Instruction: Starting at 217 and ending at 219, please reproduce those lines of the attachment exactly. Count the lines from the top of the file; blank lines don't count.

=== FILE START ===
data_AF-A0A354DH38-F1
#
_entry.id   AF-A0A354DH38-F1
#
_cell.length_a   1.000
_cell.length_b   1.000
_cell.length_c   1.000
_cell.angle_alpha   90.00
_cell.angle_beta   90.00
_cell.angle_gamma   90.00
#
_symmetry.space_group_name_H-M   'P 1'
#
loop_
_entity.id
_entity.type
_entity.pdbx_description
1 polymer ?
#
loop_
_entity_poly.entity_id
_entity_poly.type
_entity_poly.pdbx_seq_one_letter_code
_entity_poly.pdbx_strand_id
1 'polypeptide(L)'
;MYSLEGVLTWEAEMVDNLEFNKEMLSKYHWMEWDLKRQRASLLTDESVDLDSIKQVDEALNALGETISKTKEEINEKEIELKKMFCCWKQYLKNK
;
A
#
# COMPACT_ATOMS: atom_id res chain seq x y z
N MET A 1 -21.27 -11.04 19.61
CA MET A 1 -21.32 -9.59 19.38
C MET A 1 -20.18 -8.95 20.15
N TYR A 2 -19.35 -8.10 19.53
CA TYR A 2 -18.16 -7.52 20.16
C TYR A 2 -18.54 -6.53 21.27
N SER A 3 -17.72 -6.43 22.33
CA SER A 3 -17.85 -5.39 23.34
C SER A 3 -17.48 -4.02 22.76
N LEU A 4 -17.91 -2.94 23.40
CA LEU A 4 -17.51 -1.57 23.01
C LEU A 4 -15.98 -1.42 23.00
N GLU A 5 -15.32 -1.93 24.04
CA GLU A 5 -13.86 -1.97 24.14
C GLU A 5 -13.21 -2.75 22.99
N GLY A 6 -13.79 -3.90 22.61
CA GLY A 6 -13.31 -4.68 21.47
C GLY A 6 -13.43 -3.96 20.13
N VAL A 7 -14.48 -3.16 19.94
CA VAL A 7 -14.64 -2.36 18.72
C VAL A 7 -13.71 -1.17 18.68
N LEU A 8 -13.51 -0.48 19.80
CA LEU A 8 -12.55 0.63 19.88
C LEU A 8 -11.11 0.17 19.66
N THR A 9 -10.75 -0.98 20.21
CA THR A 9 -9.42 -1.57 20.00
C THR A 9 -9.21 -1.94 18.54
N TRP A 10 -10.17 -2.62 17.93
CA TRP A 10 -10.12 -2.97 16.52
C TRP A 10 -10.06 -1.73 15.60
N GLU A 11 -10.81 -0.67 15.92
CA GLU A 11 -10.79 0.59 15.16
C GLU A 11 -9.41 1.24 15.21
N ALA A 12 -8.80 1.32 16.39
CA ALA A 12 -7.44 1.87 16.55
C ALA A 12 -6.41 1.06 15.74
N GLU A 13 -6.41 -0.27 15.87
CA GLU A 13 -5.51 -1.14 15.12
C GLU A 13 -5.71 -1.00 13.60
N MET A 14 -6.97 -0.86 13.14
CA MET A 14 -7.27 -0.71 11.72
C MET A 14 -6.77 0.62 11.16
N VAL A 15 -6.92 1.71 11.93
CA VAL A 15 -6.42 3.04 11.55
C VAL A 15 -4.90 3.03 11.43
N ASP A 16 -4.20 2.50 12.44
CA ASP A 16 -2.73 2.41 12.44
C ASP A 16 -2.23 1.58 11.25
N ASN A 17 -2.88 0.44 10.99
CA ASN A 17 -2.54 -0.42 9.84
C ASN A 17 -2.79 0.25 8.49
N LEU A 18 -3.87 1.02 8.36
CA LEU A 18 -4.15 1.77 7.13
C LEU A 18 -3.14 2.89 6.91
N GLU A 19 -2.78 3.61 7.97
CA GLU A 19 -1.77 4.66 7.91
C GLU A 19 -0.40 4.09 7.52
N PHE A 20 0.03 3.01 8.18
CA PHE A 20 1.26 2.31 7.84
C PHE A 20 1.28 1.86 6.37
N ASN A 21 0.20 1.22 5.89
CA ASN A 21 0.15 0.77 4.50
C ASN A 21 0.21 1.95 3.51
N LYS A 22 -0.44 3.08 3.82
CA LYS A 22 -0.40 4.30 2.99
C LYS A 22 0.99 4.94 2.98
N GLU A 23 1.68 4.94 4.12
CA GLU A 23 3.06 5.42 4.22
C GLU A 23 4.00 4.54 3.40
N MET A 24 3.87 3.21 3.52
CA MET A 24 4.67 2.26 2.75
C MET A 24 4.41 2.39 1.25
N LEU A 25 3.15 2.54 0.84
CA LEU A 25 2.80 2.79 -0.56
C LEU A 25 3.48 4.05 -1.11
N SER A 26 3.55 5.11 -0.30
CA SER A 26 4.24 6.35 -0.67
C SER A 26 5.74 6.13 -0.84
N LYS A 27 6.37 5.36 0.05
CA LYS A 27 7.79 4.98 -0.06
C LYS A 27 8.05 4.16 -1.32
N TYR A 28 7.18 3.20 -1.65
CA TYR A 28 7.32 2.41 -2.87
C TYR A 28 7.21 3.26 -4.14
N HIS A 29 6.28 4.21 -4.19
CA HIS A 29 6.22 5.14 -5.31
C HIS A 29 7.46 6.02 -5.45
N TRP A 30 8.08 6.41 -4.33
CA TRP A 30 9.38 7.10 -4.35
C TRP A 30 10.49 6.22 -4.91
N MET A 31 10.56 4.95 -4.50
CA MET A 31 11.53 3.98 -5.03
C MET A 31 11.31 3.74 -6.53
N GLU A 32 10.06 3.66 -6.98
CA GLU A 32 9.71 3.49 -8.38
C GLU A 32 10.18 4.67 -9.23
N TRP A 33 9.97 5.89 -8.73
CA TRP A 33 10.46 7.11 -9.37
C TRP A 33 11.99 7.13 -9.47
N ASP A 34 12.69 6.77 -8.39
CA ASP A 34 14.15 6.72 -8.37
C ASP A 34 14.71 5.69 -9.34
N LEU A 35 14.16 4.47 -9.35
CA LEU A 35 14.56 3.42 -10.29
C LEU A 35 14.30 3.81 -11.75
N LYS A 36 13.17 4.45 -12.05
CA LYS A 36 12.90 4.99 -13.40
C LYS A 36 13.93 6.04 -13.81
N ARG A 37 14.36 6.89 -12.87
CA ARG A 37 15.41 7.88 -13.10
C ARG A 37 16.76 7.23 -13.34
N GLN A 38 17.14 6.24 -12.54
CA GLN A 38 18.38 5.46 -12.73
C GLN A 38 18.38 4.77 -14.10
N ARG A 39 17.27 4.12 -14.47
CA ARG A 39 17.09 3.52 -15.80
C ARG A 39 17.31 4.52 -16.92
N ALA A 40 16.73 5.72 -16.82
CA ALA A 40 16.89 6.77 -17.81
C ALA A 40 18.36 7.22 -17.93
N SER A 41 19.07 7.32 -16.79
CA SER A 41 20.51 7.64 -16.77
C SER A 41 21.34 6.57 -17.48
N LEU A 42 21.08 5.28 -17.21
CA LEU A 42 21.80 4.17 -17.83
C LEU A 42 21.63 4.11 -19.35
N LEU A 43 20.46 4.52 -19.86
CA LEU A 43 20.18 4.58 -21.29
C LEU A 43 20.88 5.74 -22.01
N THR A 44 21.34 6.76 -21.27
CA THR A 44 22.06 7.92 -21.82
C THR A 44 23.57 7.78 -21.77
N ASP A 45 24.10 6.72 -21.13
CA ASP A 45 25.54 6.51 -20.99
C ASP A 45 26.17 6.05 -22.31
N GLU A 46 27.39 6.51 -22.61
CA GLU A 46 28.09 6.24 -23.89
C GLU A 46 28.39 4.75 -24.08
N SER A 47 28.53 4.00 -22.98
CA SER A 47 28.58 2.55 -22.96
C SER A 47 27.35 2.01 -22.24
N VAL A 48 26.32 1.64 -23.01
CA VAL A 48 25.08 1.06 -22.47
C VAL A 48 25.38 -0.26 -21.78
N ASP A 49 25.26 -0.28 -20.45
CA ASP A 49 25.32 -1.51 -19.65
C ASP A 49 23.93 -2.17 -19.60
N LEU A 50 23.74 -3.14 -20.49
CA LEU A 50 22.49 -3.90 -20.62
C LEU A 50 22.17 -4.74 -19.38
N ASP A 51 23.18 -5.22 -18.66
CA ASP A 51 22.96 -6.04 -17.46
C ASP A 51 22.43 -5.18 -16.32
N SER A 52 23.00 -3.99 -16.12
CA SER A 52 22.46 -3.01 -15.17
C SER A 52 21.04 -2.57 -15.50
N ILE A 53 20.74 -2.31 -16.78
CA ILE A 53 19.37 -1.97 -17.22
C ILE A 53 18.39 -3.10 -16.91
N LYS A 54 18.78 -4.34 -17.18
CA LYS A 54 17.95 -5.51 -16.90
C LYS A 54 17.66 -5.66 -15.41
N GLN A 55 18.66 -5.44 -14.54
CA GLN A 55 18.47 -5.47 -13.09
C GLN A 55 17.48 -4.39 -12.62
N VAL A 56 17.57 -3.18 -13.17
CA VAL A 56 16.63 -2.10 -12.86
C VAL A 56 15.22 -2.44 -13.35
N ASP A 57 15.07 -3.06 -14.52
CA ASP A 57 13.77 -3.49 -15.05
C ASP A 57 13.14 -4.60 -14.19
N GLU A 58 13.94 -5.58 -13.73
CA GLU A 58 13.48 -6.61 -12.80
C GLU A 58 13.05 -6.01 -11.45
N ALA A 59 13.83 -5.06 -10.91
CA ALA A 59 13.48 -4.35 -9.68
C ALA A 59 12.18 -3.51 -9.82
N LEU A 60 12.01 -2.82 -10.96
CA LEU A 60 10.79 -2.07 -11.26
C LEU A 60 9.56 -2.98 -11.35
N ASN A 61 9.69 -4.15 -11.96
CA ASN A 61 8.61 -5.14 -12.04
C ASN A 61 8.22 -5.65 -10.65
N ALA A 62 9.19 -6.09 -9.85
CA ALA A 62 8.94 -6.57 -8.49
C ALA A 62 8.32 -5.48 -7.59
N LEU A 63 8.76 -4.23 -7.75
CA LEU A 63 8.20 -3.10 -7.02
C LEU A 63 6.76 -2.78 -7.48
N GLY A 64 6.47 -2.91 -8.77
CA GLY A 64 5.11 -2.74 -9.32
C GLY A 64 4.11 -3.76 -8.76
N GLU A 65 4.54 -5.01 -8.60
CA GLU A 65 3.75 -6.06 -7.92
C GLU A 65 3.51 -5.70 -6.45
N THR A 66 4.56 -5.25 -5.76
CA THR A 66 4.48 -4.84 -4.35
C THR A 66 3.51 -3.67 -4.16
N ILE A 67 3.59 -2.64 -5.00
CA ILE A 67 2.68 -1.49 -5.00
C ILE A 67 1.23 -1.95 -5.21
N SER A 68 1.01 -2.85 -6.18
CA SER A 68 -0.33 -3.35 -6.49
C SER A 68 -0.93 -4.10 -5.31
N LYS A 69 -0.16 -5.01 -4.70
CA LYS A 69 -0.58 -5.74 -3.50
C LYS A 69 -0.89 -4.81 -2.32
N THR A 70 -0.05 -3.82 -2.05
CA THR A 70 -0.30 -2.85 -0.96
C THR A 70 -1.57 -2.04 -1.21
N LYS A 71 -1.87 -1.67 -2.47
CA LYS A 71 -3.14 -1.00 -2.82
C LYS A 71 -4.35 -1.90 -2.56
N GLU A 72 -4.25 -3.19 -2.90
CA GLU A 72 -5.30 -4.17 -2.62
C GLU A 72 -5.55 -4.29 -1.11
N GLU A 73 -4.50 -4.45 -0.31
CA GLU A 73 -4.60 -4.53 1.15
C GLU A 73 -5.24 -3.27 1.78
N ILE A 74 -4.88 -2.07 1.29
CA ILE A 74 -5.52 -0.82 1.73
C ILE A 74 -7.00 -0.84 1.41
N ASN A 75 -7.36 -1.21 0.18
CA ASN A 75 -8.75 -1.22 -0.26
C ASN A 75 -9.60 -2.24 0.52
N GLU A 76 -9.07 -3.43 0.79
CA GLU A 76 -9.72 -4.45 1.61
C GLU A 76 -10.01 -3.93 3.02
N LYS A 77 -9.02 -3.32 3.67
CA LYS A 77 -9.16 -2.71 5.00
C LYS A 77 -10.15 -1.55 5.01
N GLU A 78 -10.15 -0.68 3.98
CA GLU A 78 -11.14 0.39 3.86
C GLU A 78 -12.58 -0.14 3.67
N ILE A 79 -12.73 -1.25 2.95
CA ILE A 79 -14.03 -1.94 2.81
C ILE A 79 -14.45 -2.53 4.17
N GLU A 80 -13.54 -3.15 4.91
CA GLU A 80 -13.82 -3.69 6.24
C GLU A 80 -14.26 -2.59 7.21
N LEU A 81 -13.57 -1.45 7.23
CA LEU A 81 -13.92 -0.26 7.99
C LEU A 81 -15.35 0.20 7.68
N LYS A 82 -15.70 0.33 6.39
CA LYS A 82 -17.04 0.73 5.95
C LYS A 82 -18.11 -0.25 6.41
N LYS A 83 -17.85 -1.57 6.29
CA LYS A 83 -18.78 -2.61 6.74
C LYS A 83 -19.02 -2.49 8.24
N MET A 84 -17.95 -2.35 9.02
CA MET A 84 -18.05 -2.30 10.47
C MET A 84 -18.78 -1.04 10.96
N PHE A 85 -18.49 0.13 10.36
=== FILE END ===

N LEU A 63 8.76 -4.23 -7.75
CA LEU A 63 8.20 -3.10 -7.02
C LEU A 63 6.76 -2.78 -7.48